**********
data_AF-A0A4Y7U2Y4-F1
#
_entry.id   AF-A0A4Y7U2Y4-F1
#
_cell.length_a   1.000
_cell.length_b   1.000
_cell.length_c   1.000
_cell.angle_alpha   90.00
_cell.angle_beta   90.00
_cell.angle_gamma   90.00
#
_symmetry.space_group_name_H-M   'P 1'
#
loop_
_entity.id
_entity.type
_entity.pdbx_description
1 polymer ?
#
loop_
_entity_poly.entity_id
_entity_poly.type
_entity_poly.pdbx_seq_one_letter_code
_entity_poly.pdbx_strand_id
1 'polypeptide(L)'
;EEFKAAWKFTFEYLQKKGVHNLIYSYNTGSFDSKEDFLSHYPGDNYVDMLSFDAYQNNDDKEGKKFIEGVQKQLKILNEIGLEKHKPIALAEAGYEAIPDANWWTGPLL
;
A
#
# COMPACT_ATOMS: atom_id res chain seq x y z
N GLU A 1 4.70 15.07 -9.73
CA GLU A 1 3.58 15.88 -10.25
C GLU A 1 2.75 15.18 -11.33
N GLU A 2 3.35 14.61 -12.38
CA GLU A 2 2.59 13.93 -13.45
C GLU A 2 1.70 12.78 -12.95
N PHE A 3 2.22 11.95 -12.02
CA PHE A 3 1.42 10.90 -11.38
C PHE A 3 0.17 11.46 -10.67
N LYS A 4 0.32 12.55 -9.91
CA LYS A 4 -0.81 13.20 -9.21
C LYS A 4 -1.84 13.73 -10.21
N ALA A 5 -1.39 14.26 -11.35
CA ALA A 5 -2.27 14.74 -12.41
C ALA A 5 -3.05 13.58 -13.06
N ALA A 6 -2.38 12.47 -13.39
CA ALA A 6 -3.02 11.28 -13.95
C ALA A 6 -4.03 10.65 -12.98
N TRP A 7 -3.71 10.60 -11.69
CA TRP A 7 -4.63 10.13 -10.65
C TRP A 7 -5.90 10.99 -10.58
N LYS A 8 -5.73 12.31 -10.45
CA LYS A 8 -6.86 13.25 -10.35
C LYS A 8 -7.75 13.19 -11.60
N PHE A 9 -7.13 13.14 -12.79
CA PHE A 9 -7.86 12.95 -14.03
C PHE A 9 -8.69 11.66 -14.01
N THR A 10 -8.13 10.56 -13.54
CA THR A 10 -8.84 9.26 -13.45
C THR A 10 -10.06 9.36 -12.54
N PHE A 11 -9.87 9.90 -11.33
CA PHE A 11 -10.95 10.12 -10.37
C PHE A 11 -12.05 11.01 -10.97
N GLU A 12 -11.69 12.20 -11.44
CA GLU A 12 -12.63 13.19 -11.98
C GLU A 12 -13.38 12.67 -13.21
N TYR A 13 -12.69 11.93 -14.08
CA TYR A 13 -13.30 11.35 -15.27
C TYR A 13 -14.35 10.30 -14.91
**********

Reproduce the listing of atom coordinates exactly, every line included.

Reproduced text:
data_AF-A0A4Y7U2Y4-F1
#
_entry.id   AF-A0A4Y7U2Y4-F1
#
_cell.length_a   1.000
_cell.length_b   1.000
_cell.length_c   1.000
_cell.angle_alpha   90.00
_cell.angle_beta   90.00
_cell.angle_gamma   90.00
#
_symmetry.space_group_name_H-M   'P 1'
#
loop_
_entity.id
_entity.type
_entity.pdbx_description
1 polymer ?
#
loop_
_entity_poly.entity_id
_entity_poly.type
_entity_poly.pdbx_seq_one_letter_code
_entity_poly.pdbx_strand_id
1 'polypeptide(L)'
;EEFKAAWKFTFEYLQKKGVHNLIYSYNTGSFDSKEDFLSHYPGDNYVDMLSFDAYQNNDDKEGKKFIEGVQKQLKILNEIGLEKHKPIALAEAGYEAIPDANWWTGPLL
;
A
#
# COMPACT_ATOMS: atom_id res chain seq x y z
N GLU A 1 4.70 15.07 -9.73
CA GLU A 1 3.58 15.88 -10.25
C GLU A 1 2.75 15.18 -11.33
N GLU A 2 3.35 14.61 -12.38
CA GLU A 2 2.59 13.93 -13.45
C GLU A 2 1.70 12.78 -12.95
N PHE A 3 2.22 11.95 -12.02
CA PHE A 3 1.42 10.90 -11.38
C PHE A 3 0.17 11.46 -10.67
N LYS A 4 0.32 12.55 -9.91
CA LYS A 4 -0.81 13.20 -9.21
C LYS A 4 -1.84 13.73 -10.21
N ALA A 5 -1.39 14.26 -11.35
CA ALA A 5 -2.27 14.74 -12.41
C ALA A 5 -3.05 13.58 -13.06
N ALA A 6 -2.38 12.47 -13.39
CA ALA A 6 -3.02 11.28 -13.95
C ALA A 6 -4.03 10.65 -12.98
N TRP A 7 -3.71 10.60 -11.69
CA TRP A 7 -4.63 10.13 -10.65
C TRP A 7 -5.90 10.99 -10.58
N LYS A 8 -5.73 12.31 -10.45
CA LYS A 8 -6.86 13.25 -10.35
C LYS A 8 -7.75 13.19 -11.60
N PHE A 9 -7.13 13.14 -12.79
CA PHE A 9 -7.86 12.95 -14.03
C PHE A 9 -8.69 11.66 -14.01
N THR A 10 -8.13 10.56 -13.54
CA THR A 10 -8.84 9.26 -13.45
C THR A 10 -10.06 9.36 -12.54
N PHE A 11 -9.87 9.90 -11.33
CA PHE A 11 -10.95 10.12 -10.37
C PHE A 11 -12.05 11.01 -10.97
N GLU A 12 -11.69 12.20 -11.44
CA GLU A 12 -12.63 13.19 -11.98
C GLU A 12 -13.38 12.67 -13.21
N TYR A 13 -12.69 11.93 -14.08
CA TYR A 13 -13.30 11.35 -15.27
C TYR A 13 -14.35 10.30 -14.91